Openness, free speech, and democracy go hand in hand. The Obama campaign message fit better with DKos than with MyDD. In the end, we sacrificed a bit of liberal “orthodoxy” for true liberalism – freedom of expression, open access, leading to remarkable agility and extraordinary real-time responsiveness.

    I don’t think Kos and OpenLeft will “end” but they’re more effective in campaigning than in actually leading.

    My $.02

  6. benintn Says:

    after my initial comment, i bumped into this:
    Talks about new media, PR in the info age, and need for discretion + transparency.

  7. icebergslim Says:

    Welcome back, dansac!!!!

  8. icebergslim Says:

    You are point on, dansac.

    MyDD is a joke and Jerome should be ashamed of himself. He is totally discredited, none of his “conventional wisdom” punditry came true and he was totally left out in the cold. Matt Stoller lost me with the “Obama is Dead” piece at Open Left. After that shyte, I was done with him.

    They believe they are relevant, but the pie is too big, they are not that relevant. Obama put this movement together WITHOUT the input of the blogosphere. In fact, when I started “This Week With Barack Obama” on Daily Kos, there were hardly any supporters. That place was swamped with Edwards supporters, remember. Obama took his fight, directly, to the voters. He used the technology tools and pushed them to the limit. He did not have no big time blogger on his staff, but he had the best run website for a candidate, ever.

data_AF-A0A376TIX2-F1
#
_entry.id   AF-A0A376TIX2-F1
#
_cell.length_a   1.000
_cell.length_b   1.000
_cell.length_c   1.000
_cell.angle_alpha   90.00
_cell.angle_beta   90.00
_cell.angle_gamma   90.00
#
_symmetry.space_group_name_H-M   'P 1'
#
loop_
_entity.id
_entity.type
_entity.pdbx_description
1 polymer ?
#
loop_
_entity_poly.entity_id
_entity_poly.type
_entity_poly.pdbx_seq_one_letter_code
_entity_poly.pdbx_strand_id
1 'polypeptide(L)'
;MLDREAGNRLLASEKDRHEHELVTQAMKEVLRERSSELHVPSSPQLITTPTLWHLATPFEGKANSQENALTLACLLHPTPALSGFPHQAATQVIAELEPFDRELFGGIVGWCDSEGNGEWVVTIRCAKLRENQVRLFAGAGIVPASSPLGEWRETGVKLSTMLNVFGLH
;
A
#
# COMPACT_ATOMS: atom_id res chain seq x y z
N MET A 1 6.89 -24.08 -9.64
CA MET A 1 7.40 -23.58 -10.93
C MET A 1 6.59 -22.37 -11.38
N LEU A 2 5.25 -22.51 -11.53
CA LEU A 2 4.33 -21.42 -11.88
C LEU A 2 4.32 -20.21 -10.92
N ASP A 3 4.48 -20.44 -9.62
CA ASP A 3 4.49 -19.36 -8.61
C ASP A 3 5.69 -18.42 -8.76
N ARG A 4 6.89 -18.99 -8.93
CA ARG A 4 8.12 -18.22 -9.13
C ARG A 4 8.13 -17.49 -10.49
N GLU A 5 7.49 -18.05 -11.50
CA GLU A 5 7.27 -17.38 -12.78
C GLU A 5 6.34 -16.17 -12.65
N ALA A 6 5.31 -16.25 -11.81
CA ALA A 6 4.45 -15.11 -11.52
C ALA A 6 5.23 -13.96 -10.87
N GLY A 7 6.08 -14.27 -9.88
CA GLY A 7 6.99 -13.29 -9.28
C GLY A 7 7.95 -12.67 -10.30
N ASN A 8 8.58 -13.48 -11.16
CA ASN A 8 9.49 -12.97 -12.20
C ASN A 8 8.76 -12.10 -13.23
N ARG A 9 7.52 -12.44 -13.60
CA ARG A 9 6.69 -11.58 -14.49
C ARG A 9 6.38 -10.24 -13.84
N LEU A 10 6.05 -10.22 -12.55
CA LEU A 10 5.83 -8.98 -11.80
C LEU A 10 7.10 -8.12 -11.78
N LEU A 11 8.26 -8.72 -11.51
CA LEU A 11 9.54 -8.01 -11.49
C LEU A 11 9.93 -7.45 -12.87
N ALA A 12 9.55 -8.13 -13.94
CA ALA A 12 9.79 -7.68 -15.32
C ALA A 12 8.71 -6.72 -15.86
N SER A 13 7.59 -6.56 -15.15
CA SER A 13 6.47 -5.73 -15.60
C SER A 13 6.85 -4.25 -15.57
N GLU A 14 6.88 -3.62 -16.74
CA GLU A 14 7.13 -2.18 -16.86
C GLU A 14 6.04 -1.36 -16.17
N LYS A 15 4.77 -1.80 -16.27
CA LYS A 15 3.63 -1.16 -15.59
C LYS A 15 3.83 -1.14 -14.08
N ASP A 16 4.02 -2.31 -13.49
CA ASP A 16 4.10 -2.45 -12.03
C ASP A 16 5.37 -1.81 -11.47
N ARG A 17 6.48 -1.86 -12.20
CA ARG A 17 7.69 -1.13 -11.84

It was like when Edwards went down, to me, in the summer of 2007 due to lack of raising money and had to take public financing. That was the end of him, but there were rumors that some big time bloggers supported him, but they surely did not use their bullhorn to help him, did they?

  9. Shhs Says:

    Long time reader first time poster ; ). I think the Net-roots is @ it’s best when it pushes back against MSM memes, or even uncovers the MSM stories for frauds (like the backwards B girl).

    I have issues w/the Caroline Kennedy Burris disconnect. Many ppl on Kos wanted to know where Caroline stood on the “issues” no one seems to care where Burris stands. I also took issue w/ppl basically pooping on every dem that once worked for the Clintons.